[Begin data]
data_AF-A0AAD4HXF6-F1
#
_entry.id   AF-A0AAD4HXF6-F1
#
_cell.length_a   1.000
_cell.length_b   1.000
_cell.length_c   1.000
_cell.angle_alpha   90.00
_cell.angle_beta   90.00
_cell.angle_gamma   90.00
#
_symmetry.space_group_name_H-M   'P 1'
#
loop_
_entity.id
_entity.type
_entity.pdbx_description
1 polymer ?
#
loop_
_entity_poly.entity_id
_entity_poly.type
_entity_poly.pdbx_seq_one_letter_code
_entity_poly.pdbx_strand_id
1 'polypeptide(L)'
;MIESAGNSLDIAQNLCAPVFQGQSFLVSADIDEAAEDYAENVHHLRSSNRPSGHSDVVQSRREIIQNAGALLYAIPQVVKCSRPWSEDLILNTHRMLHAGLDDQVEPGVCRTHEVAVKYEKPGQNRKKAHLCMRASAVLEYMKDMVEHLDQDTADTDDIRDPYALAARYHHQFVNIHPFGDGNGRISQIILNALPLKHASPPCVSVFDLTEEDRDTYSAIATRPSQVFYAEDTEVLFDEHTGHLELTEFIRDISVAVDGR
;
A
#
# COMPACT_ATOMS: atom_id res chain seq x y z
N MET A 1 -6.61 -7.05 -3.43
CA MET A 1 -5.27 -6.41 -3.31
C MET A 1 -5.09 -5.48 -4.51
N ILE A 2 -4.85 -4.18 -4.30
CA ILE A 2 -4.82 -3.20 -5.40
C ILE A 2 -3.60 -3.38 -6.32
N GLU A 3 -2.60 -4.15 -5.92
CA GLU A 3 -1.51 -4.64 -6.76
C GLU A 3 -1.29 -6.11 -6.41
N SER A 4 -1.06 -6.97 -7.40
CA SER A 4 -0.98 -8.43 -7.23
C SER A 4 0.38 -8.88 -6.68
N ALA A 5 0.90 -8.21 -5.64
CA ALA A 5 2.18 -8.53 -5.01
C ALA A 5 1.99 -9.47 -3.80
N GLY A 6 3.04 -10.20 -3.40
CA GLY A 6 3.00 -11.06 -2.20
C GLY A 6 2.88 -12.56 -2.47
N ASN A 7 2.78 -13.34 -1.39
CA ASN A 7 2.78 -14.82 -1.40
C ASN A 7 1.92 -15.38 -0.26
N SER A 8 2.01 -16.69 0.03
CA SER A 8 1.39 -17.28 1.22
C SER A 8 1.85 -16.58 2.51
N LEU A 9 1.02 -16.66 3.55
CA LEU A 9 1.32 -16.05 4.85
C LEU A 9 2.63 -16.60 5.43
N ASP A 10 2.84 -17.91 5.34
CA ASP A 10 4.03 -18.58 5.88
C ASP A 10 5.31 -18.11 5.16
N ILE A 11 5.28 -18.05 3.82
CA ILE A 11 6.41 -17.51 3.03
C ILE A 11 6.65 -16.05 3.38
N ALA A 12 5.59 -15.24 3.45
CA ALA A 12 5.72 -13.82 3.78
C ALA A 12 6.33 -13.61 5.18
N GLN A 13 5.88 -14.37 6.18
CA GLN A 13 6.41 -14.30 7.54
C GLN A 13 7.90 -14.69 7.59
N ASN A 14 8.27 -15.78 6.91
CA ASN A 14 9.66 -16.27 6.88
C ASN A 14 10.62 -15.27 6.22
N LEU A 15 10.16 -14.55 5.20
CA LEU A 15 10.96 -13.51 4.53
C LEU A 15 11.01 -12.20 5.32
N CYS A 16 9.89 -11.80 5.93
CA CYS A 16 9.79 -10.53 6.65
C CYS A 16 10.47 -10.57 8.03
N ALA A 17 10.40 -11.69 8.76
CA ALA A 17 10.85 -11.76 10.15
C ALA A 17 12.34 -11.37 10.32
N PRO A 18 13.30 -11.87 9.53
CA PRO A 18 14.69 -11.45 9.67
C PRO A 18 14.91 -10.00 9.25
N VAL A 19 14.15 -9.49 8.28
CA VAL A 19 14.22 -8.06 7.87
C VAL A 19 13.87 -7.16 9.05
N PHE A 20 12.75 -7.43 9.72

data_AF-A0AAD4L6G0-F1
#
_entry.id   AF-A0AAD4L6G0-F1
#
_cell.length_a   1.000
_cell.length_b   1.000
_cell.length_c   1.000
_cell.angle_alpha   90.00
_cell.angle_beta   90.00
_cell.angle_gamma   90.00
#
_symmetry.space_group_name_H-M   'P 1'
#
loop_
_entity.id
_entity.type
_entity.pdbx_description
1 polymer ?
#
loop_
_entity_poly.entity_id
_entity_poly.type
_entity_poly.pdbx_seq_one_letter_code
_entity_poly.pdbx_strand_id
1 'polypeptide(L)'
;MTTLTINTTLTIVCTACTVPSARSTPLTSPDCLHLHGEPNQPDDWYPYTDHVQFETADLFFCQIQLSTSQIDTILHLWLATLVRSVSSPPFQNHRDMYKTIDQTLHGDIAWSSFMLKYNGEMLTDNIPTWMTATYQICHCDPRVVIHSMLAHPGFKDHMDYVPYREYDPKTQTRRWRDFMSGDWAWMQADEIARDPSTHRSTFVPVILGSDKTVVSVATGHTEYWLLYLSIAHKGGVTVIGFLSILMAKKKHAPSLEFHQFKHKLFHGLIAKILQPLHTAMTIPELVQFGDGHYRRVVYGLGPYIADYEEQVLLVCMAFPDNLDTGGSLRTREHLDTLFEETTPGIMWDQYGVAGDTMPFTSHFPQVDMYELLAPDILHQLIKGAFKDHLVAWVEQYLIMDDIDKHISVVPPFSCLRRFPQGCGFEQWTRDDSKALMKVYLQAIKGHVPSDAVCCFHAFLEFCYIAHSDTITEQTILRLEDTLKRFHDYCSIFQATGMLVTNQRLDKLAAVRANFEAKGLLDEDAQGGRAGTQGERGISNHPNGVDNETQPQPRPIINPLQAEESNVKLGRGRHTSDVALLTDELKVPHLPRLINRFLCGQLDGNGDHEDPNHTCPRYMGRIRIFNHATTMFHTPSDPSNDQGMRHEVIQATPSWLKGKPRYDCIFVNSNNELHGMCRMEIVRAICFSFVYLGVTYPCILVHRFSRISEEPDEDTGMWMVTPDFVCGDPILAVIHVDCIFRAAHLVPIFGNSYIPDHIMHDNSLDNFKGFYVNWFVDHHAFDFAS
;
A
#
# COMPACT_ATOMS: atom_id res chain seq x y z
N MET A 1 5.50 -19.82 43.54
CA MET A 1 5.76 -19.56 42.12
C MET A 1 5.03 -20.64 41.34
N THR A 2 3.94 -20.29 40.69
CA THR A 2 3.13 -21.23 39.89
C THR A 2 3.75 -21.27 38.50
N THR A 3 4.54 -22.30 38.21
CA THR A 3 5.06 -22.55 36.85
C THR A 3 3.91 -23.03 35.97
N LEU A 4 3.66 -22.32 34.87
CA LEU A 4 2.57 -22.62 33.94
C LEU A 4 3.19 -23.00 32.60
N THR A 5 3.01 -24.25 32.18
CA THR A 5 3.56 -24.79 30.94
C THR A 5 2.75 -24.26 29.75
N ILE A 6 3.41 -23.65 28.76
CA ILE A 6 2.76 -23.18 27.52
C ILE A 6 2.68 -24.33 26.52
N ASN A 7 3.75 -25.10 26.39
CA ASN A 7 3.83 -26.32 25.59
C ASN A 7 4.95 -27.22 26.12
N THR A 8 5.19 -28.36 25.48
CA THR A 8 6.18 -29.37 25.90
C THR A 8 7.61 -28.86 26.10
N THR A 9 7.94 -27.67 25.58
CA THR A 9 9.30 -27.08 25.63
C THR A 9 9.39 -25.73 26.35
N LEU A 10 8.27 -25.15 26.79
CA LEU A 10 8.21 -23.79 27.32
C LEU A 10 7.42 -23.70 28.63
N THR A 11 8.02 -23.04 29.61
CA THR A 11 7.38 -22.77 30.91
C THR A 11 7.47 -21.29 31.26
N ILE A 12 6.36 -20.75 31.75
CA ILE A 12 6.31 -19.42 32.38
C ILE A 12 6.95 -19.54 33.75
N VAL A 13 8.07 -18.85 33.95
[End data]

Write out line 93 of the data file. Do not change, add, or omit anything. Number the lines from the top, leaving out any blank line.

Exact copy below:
_cell.length_a   1.000